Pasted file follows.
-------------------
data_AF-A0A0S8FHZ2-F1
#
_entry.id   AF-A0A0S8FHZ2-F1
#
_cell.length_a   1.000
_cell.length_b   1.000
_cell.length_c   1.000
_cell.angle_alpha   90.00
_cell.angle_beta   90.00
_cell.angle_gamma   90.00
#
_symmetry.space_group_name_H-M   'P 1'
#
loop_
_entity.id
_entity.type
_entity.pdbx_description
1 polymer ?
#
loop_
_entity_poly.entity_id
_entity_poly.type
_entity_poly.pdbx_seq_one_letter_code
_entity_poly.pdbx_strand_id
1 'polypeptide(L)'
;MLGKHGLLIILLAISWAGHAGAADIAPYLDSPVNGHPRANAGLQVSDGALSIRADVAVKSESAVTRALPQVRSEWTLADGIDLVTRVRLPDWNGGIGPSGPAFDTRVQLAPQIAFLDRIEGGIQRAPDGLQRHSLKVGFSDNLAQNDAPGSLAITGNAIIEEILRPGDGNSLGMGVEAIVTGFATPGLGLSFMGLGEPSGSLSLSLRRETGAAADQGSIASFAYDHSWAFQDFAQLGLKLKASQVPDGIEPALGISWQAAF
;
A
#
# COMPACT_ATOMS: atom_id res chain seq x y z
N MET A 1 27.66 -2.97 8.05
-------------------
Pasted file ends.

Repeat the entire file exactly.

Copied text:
data_AF-A0A0S8FHZ2-F1
#
_entry.id   AF-A0A0S8FHZ2-F1
#
_cell.length_a   1.000
_cell.length_b   1.000
_cell.length_c   1.000
_cell.angle_alpha   90.00
_cell.angle_beta   90.00
_cell.angle_gamma   90.00
#
_symmetry.space_group_name_H-M   'P 1'
#
loop_
_entity.id
_entity.type
_entity.pdbx_description
1 polymer ?
#
loop_
_entity_poly.entity_id
_entity_poly.type
_entity_poly.pdbx_seq_one_letter_code
_entity_poly.pdbx_strand_id
1 'polypeptide(L)'
;MLGKHGLLIILLAISWAGHAGAADIAPYLDSPVNGHPRANAGLQVSDGALSIRADVAVKSESAVTRALPQVRSEWTLADGIDLVTRVRLPDWNGGIGPSGPAFDTRVQLAPQIAFLDRIEGGIQRAPDGLQRHSLKVGFSDNLAQNDAPGSLAITGNAIIEEILRPGDGNSLGMGVEAIVTGFATPGLGLSFMGLGEPSGSLSLSLRRETGAAADQGSIASFAYDHSWAFQDFAQLGLKLKASQVPDGIEPALGISWQAAF
;
A
#
# COMPACT_ATOMS: atom_id res chain seq x y z
N MET A 1 27.66 -2.97 8.05